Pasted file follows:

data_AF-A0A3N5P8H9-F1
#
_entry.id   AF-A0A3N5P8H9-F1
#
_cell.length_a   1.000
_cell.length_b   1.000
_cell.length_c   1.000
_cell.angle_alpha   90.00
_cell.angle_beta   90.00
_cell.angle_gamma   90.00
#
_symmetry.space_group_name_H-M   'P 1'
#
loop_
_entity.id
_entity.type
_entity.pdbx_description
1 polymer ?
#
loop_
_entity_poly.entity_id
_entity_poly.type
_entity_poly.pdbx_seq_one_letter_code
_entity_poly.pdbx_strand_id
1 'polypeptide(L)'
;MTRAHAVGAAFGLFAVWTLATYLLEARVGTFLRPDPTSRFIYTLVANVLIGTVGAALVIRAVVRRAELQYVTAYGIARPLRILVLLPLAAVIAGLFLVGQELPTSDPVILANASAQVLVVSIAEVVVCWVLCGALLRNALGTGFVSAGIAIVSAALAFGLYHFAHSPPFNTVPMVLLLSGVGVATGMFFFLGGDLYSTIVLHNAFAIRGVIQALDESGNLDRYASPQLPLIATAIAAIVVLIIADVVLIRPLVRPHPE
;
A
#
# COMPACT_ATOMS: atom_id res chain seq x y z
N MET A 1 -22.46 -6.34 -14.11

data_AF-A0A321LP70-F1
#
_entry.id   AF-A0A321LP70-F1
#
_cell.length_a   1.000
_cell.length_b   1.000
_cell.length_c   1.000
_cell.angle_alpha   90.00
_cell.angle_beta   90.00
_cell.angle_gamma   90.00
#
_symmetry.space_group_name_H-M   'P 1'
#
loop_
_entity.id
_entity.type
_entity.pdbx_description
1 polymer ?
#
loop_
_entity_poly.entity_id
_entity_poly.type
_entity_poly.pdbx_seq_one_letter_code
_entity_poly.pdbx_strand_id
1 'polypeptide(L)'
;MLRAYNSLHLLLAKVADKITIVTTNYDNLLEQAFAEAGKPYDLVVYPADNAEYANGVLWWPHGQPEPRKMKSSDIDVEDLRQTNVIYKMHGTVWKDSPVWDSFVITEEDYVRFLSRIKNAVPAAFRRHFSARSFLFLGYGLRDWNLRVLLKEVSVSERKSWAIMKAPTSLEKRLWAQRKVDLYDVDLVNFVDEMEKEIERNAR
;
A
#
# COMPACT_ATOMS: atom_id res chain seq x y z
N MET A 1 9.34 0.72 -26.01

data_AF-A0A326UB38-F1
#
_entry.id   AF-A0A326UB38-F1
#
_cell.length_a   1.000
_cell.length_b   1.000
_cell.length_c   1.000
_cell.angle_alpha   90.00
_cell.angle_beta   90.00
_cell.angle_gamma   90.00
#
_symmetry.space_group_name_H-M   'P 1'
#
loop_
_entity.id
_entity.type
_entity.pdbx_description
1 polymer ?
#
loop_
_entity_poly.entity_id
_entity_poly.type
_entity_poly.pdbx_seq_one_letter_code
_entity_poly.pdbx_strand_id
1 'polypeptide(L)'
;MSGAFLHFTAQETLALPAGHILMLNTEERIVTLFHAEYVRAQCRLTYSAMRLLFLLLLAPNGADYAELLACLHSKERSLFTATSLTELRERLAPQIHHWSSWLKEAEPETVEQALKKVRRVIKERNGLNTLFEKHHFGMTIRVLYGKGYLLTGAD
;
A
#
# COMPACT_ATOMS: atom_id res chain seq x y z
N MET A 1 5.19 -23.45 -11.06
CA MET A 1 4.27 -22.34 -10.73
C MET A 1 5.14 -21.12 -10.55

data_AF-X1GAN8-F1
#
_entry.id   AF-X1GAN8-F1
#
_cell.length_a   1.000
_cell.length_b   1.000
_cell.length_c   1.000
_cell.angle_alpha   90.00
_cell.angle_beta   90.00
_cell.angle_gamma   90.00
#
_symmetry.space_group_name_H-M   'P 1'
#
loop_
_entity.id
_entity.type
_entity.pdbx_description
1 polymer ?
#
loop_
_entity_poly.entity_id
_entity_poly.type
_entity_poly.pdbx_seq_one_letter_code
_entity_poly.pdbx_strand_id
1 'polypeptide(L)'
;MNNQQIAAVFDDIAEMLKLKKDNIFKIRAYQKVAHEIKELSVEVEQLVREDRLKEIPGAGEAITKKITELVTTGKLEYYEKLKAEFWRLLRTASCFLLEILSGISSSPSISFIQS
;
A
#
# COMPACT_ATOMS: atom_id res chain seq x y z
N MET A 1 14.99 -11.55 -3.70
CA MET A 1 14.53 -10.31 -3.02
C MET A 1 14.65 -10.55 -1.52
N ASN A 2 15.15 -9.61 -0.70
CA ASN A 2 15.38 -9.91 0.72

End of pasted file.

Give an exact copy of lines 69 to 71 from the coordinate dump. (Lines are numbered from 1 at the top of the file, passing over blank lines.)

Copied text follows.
_cell.length_c   1.000
_cell.angle_alpha   90.00
_cell.angle_beta   90.00